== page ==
> stops working when a different stylesheet, perhaps linked from a different
> site get's applied. Authors are going to have a hell of a time tracking
> that bug down...

Yes, that's correct.  This is why we need a mechanism to protect
against global name collisions.  That can come later, though.

For now, though, inspectors can easily offer information about where a
variable value comes from, the same way they can tell you where a
particular value is coming from.

>>What's the use-case for messing with shadowed variable declarations?
>>You can access them through stylesheet groveling, if it's absolutely
> I'm not sure which one you're calling the "shadowed" one.

In code like this:

@var $foo red;
@var $foo blue;

...the first declaration is 'shadowed', in that it's not immediately
accessible through css.var.foo.  You have to look through stylesheets
to get at it.

> The authoring tool use case means having access to all the @var
> declarations in the stylesheet objects. You need to be able to change both
> the values and variable names, as well as insert and remove @var rules. If
> you make changes there to a "live" web site in a browser, you potentially
> have to re-evaluate all the style data. This can be expensive...

Who needs to re-evaluate?  The browser, the authoring tool, or
something else?  I'm not sure I understand who's having to do extra
work here.

> If you now tweak @var rules via document.css.vars.foo, what are you really
> changing? The one and only @var rule that happened to be the winner at the
> time? Which might be different the next time you change it?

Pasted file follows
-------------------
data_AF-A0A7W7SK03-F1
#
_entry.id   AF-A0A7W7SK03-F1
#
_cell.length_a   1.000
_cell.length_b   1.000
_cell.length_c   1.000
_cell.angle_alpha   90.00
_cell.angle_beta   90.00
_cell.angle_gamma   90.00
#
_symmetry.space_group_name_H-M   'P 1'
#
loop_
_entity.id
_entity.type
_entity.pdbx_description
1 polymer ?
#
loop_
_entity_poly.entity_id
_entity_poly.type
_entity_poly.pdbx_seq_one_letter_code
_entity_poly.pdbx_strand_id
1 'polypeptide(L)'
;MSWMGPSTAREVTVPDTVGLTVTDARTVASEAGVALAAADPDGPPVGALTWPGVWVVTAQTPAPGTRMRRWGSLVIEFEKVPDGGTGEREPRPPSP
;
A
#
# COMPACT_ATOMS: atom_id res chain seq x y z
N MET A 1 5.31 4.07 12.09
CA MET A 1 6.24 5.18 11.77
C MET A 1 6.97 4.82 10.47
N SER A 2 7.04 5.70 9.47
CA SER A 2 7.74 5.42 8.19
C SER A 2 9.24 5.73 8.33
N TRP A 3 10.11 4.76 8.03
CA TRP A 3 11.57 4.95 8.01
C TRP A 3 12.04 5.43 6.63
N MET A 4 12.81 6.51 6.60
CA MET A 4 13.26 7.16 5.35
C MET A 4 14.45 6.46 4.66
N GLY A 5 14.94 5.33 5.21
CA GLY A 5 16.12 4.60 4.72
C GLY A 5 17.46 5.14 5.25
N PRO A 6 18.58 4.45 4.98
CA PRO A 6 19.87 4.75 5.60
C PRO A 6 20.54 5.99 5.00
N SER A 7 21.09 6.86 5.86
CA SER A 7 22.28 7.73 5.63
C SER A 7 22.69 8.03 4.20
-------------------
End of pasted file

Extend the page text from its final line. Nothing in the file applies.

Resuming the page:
Yes.  The @var rule that is currently in effect and providing a value.
 No other mapping of @var rules to .vars entries makes sense.

> As I think about it more, the document.css.vars list should be a separate
> map. It gets populated by the @var rules, but it a distinct entity. If you
> change the value in document.css.vars, you're only changing the "used"
> value in the map, not touching any stylesheet @var objects. You could add
> or remove to/from the css.vars map but you're only adding the values in
> the runtime "computed vars" map, not creating @var rules in any sheet. If
> you then make a change in the stylesheet objects, the affected @var rules
> get re-computed and re-mapped. (This will be an interesting algorithm, and
> needs to be spec'ed, if you change the value of an @var that's overridden,
> you don't touch the map, if you change a var name, add, remove or move a
> @var such that it now applies or no longer applies, you look at all the
> @var rules for that variable and recompute the map. Lather, rinse, and
> repeat when enabling or disabling stylesheets for all @var rules in the
> affected sheet. The alternative is you throw away the whole map and
> recompute any time something changes that affects it.)

That's possible too.  I figured that it was simpler/cleaner to simply
interact with the active @var rules directly, but we can use an
override map too.

I've marked it as an issue.

> My concern wasn't the case sensitivity, it was:
> @var $main-color red;
> @var $maincolor blue;
> Those should be distinct variables. You change does address that.

Well, those would have been different under my previous text, too.
The first would have been accessed as vars.mainColor, the second as

But yeah, now the first is vars['main-color'], the second is vars.maincolor.

>>> And if the value of the variable is a list of values? (like for a
>>> shorthand)
>>I don't understand the context of the question.
> Consider:
> @var $foo 10px 20px;
> And then in my script:
> var foo = document.css.vars.foo;
> What is 'foo'?

Ah, I see.  The immediately preceding question was about mapping CSS
var names to keys in the var map, so the "And if..." made me think it
was some continuation on that theme, which was confusing.

The returned value is an object implementing the CSSVariable interface
(not defined yet), representing its value, which .toString()s to "10px
20px", and exposes some bag of other appropriate interfaces (which is
possibly none in this case, I dunno).

Received on Friday, 11 February 2011 21:20:26 UTC